I’m surprised to realize I haven’t mentioned Ann Leckie in any LH posts (though I have in comments); her novel Ancillary Justice is the best science fiction I’ve read in years, and it has an obvious linguistic hook, which I’ll let Alex Dally MacFarlane explain at the beginning of her very interesting and informative essay “Translating Gender: Ancillary Justice in Five Languages“:
In Ann Leckie’s novel Ancillary Justice (Orbit Books: 2013), the imperial Radch rules over much of human-inhabited space. Its culture – and its language – does not identify people on the basis of their gender: it is irrelevant to them. In the novel, written in English, Leckie represents this linguistic reality by using the female pronoun ‘she’ throughout, regardless of any information supplied about a Radchaai (and, often, a non-Radchaai) person’s perceived gender. This pronoun choice has two effects. Firstly, it successfully erases grammatical difference in the novel and makes moot the question of the characters’ genders. But secondly, it exists in a context of continuing discussions around the gendering of science fiction, the place of men and women and people of other genders within the genre, as characters in fiction and as professional/fans, and beyond the pages of the book it is profoundly political. It is a female pronoun.
When translating Ancillary Justice into other languages, the relationship between those two effects is vital to the work.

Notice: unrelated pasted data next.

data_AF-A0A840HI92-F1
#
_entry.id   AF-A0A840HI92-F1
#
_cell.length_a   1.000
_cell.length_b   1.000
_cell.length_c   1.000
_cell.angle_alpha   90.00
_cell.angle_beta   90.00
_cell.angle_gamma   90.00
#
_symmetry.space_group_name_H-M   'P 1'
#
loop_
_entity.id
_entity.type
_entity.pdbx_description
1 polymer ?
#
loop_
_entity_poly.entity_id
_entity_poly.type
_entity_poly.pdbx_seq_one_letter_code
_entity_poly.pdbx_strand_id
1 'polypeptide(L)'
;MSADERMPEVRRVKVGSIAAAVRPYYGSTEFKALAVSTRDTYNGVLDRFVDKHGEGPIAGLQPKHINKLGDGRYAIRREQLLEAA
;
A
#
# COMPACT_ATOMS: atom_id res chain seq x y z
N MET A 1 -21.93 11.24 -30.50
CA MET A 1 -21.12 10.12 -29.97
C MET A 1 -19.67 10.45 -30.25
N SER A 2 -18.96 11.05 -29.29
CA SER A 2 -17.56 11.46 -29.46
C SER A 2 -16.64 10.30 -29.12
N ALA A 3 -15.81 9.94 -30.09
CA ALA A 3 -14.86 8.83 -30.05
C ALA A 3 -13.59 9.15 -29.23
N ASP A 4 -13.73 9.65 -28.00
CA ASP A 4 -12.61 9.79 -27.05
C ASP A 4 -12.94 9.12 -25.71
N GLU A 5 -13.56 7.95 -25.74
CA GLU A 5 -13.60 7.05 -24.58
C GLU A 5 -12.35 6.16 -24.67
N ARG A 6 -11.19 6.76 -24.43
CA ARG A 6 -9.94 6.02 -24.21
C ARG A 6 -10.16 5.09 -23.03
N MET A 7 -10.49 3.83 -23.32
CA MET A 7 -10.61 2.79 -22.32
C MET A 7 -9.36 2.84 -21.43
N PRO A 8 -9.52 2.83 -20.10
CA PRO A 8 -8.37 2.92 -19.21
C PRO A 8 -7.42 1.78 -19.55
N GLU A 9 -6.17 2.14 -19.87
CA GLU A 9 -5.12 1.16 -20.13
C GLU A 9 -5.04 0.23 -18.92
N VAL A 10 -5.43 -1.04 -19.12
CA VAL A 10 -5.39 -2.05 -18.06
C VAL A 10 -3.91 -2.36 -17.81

After reading a comment by the Hungarian translator, Csilla Kleinheincz, posted on Cheryl Morgan’s blog, we wanted to know more about this. We invited the translators of the novel into Bulgarian, German, Hebrew, Hungarian and Japanese to discuss the process, with particular interest in the translation of gender. What emerges is an insight into the work of translators and the rigidity and versatility of grammatical gender in the face of non-standard demands. Where necessary, translators turned to innovative and even inventive ways to write their languages.
It’s fascinating stuff; I’ll quote this bit because of its resonance with yesterday’s post:
Hebrew presented considerable challenges, as Emanuel Lottem explains in shared correspondence with Ann Leckie: “All verbs and adjectives vary according to gender. An exception is the pronoun ‘I’, which is the same for both females and males, but when a woman says ‘I sit’ it’s ‘ani yoshevet’, whereas a man would say ‘ani yoshev’. Moreover, all objects, concrete or abstract, are either feminine or masculine, so that in a sentence like ‘a large room (m.) with a large door (f.)’, the word ‘large’ would be ‘gadol’ in the former case, ‘gdola’ in the latter. This is not much of a problem when Breq tells her story, but it is when non-Radchaai are talking.”
This even presented a problem for the novel’s title: “The word for ‘justice’ – tzedeq – is unfortunately masculine, and I’d hate to use it in the title because of that.”
(I once posted three times in a row using Latin titles, entirely without premeditation; now I’ve similarly done two in a row on gender. Blogging is almost as full of synchronicity as life itself.)